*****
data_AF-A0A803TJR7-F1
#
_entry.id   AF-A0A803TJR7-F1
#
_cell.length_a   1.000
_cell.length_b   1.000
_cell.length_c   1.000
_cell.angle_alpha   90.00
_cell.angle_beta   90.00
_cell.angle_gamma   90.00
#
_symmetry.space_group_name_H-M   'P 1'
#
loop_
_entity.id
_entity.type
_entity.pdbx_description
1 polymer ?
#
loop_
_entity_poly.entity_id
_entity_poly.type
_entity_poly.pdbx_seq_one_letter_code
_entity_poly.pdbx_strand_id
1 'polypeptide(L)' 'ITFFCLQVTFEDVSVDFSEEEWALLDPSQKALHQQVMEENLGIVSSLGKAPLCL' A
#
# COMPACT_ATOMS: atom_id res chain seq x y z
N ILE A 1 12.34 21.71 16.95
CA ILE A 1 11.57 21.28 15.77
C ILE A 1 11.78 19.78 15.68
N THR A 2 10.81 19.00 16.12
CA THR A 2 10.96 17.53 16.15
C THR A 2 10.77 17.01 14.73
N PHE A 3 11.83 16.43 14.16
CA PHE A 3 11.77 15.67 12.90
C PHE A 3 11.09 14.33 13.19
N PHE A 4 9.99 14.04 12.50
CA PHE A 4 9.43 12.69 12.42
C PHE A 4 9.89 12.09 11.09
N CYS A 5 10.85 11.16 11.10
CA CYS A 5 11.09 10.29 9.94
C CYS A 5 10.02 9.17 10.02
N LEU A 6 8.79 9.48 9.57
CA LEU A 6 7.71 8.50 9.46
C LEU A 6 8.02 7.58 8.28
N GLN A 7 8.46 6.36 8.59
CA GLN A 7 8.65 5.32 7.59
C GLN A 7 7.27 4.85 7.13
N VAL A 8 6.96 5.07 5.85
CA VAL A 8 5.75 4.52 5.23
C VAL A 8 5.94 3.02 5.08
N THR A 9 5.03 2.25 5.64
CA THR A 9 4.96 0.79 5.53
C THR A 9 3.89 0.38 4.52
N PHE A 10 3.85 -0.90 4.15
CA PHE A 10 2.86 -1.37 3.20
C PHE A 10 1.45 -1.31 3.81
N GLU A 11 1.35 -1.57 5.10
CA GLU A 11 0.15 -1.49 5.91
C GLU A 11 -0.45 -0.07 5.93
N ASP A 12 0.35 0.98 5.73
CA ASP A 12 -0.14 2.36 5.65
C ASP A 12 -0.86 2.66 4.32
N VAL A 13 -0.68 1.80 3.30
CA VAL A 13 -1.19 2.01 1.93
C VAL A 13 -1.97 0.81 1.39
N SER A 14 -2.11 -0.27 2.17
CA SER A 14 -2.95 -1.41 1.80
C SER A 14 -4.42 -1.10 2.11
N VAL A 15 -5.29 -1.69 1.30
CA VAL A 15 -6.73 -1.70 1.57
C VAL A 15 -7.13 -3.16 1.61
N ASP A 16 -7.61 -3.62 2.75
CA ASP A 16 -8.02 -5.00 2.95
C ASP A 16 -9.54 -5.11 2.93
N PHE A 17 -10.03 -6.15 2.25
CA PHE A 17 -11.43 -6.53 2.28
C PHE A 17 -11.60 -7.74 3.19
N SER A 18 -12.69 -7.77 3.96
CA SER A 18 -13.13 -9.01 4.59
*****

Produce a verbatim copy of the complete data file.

data_AF-A0A803TJR7-F1
#
_entry.id   AF-A0A803TJR7-F1
#
_cell.length_a   1.000
_cell.length_b   1.000
_cell.length_c   1.000
_cell.angle_alpha   90.00
_cell.angle_beta   90.00
_cell.angle_gamma   90.00
#
_symmetry.space_group_name_H-M   'P 1'
#
loop_
_entity.id
_entity.type
_entity.pdbx_description
1 polymer ?
#
loop_
_entity_poly.entity_id
_entity_poly.type
_entity_poly.pdbx_seq_one_letter_code
_entity_poly.pdbx_strand_id
1 'polypeptide(L)' 'ITFFCLQVTFEDVSVDFSEEEWALLDPSQKALHQQVMEENLGIVSSLGKAPLCL' A
#
# COMPACT_ATOMS: atom_id res chain seq x y z
N ILE A 1 12.34 21.71 16.95
CA ILE A 1 11.57 21.28 15.77
C ILE A 1 11.78 19.78 15.68
N THR A 2 10.81 19.00 16.12
CA THR A 2 10.96 17.53 16.15
C THR A 2 10.77 17.01 14.73
N PHE A 3 11.83 16.43 14.16
CA PHE A 3 11.77 15.67 12.90
C PHE A 3 11.09 14.33 13.19
N PHE A 4 9.99 14.04 12.50
CA PHE A 4 9.43 12.69 12.42
C PHE A 4 9.89 12.09 11.09
N CYS A 5 10.85 11.16 11.10
CA CYS A 5 11.09 10.29 9.94
C CYS A 5 10.02 9.17 10.02
N LEU A 6 8.79 9.48 9.57
CA LEU A 6 7.71 8.50 9.46
C LEU A 6 8.02 7.58 8.28
N GLN A 7 8.46 6.36 8.59
CA GLN A 7 8.65 5.32 7.59
C GLN A 7 7.27 4.85 7.13
N VAL A 8 6.96 5.07 5.85
CA VAL A 8 5.75 4.52 5.23
C VAL A 8 5.94 3.02 5.08
N THR A 9 5.03 2.25 5.64
CA THR A 9 4.96 0.79 5.53
C THR A 9 3.89 0.38 4.52
N PHE A 10 3.85 -0.90 4.15
CA PHE A 10 2.86 -1.37 3.20
C PHE A 10 1.45 -1.31 3.81
N GLU A 11 1.35 -1.57 5.10
CA GLU A 11 0.15 -1.49 5.91
C GLU A 11 -0.45 -0.07 5.93
N ASP A 12 0.35 0.98 5.73
CA ASP A 12 -0.14 2.36 5.65
C ASP A 12 -0.86 2.66 4.32
N VAL A 13 -0.68 1.80 3.30
CA VAL A 13 -1.19 2.01 1.93
C VAL A 13 -1.97 0.81 1.39
N SER A 14 -2.11 -0.27 2.17
CA SER A 14 -2.95 -1.41 1.80
C SER A 14 -4.42 -1.10 2.11
N VAL A 15 -5.29 -1.69 1.30
CA VAL A 15 -6.73 -1.70 1.57
C VAL A 15 -7.13 -3.16 1.61
N ASP A 16 -7.61 -3.62 2.75
CA ASP A 16 -8.02 -5.00 2.95
C ASP A 16 -9.54 -5.11 2.93
N PHE A 17 -10.03 -6.15 2.25
CA PHE A 17 -11.43 -6.53 2.28
C PHE A 17 -11.60 -7.74 3.19
N SER A 18 -12.69 -7.77 3.96
CA SER A 18 -13.13 -9.01 4.59